Supported Decision-Making Agreement Texas

Most people with disabilities can manage their own affairs with the help and advice of someone they trust and who does not need a tutor. There are many alternatives to guardianship that help people with disabilities make decisions without depriving them of their rights. During the 84th Texas legislative session in 2015, lawmakers passed new laws that make Texas the first state to have laws recognizing supported decision-making agreements as an alternative to guardianship. Read this News Article from Disability Rights Texas to learn more about sustained decision-making. A power of attorney gives another person the power to make decisions and deal with cases without any intervention from the individual. A sustained decision-making agreement does not give the supporter decision-making power. The person with a disability reserves the right to make decisions for themselves. A sustained decision-making agreement could be used in combination with other alternatives to guardianship, such as powers and agents. The use of other alternatives to guardianship, with a sustained decision-making agreement, should be compatible with the objective of promoting the self-determination of the disabled person and avoiding full guardianship.

In a sustained decision-making agreement, the person chooses someone (called a “supporter”) whom they trust to help them get the information they need to make an informed decision, consider their options, understand the risks and communicate their decisions to others. The state does not limit who can become supporters. As a general rule, support can be a family member, relative or friend. But the adult with a disability can only enter into a sustained decision-making agreement on a voluntary basis, without being influenced by others. The agreement does not require legal or court advice. It does not allow a supporter to make decisions for the person or act for him or her. Both parties keep a copy of the agreement and hand it over if necessary. If they decide to use a lawyer, the lawyer can also keep a copy. You can help your child make decisions throughout their life by helping them get information about a situation and learn more about the decisions they might make.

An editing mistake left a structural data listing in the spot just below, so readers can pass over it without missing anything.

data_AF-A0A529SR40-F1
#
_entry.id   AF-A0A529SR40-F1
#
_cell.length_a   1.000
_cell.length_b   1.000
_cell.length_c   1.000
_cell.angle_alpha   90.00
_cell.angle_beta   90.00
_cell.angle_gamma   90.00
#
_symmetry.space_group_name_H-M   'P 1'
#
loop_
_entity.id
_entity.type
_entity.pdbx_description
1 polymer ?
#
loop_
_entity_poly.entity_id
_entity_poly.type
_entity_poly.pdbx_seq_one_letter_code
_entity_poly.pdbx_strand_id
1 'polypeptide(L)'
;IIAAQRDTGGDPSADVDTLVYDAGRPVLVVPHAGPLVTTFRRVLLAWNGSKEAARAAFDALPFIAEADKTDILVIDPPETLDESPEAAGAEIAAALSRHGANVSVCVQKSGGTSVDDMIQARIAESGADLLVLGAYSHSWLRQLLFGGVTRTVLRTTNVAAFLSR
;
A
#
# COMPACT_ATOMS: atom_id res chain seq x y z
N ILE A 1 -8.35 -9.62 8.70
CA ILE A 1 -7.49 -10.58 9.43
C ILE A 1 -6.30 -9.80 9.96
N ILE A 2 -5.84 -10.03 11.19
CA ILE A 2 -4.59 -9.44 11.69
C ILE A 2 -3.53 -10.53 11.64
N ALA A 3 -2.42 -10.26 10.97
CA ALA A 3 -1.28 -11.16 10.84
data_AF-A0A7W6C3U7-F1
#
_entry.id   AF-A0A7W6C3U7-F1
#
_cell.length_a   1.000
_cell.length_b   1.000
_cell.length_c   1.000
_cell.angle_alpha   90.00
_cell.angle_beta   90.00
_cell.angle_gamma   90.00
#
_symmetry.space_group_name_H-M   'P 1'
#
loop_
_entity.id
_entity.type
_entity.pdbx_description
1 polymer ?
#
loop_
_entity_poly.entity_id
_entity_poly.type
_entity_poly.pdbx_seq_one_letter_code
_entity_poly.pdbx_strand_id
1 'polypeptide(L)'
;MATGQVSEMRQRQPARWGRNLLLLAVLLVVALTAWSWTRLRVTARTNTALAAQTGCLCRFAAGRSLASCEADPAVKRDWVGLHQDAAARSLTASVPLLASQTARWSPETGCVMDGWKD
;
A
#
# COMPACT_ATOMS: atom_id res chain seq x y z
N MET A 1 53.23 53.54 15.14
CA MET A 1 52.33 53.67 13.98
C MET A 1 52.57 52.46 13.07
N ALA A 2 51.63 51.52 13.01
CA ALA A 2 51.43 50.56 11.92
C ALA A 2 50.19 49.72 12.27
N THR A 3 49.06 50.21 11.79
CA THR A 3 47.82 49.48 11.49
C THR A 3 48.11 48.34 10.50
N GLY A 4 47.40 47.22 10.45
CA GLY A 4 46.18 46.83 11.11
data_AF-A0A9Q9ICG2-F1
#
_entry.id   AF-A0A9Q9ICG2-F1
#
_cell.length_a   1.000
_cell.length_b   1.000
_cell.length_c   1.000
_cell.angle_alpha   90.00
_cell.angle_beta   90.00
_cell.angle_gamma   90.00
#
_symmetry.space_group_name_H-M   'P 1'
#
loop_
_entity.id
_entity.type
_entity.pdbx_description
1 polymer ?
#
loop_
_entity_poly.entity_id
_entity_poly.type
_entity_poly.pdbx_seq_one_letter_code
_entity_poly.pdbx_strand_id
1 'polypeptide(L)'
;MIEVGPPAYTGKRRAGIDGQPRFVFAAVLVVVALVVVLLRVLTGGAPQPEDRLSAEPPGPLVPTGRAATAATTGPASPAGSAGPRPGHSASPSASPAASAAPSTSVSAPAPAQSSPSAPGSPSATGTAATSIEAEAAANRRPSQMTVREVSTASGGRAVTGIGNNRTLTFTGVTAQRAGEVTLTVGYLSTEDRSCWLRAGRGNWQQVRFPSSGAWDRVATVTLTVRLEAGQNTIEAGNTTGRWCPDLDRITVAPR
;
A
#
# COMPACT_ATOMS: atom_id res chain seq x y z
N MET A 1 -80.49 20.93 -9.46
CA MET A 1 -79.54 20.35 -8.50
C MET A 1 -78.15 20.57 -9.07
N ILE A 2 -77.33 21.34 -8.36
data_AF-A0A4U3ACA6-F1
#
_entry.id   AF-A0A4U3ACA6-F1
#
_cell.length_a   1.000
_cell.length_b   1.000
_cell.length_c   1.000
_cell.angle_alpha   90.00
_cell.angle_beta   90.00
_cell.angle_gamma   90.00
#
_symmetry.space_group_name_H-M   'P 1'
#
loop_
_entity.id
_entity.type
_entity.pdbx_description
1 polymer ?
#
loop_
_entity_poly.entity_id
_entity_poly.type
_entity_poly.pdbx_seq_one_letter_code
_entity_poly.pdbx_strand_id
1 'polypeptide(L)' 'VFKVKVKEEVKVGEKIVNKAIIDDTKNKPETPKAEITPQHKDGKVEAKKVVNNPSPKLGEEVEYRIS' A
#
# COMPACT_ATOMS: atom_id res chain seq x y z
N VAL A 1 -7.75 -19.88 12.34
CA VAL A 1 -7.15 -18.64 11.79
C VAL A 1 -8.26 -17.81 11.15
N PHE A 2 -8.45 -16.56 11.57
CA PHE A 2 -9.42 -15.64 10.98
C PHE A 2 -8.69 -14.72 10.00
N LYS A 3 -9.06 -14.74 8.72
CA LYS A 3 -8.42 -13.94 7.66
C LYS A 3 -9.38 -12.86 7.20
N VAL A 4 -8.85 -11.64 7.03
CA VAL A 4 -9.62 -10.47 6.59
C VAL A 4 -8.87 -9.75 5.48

If your adult child still needs help making decisions, you can also reach a clear and informed decision agreement with them in writing. In 2015, Texas was the first state to recognize a sustained decision-making agreement as a legal document for an adult with disabilities or special health needs. Even in the absence of legal agreement, you can use a sustained decision-making approach in everyday life to help your child make decisions. And if you start involving your child in decisions about his or her life when he is younger, it might be easier to do so if he is an adult. In a sustained decision-making agreement, the supporter of a person with a disability can help: supported decision-making agreements as sustained decision-making agreements are gaining momentum and the most recent government laws are likely to serve as models for future legislation, it is important to assess whether these laws are effective in promoting sustained decisions – and helping people with disabilities make their own decisions.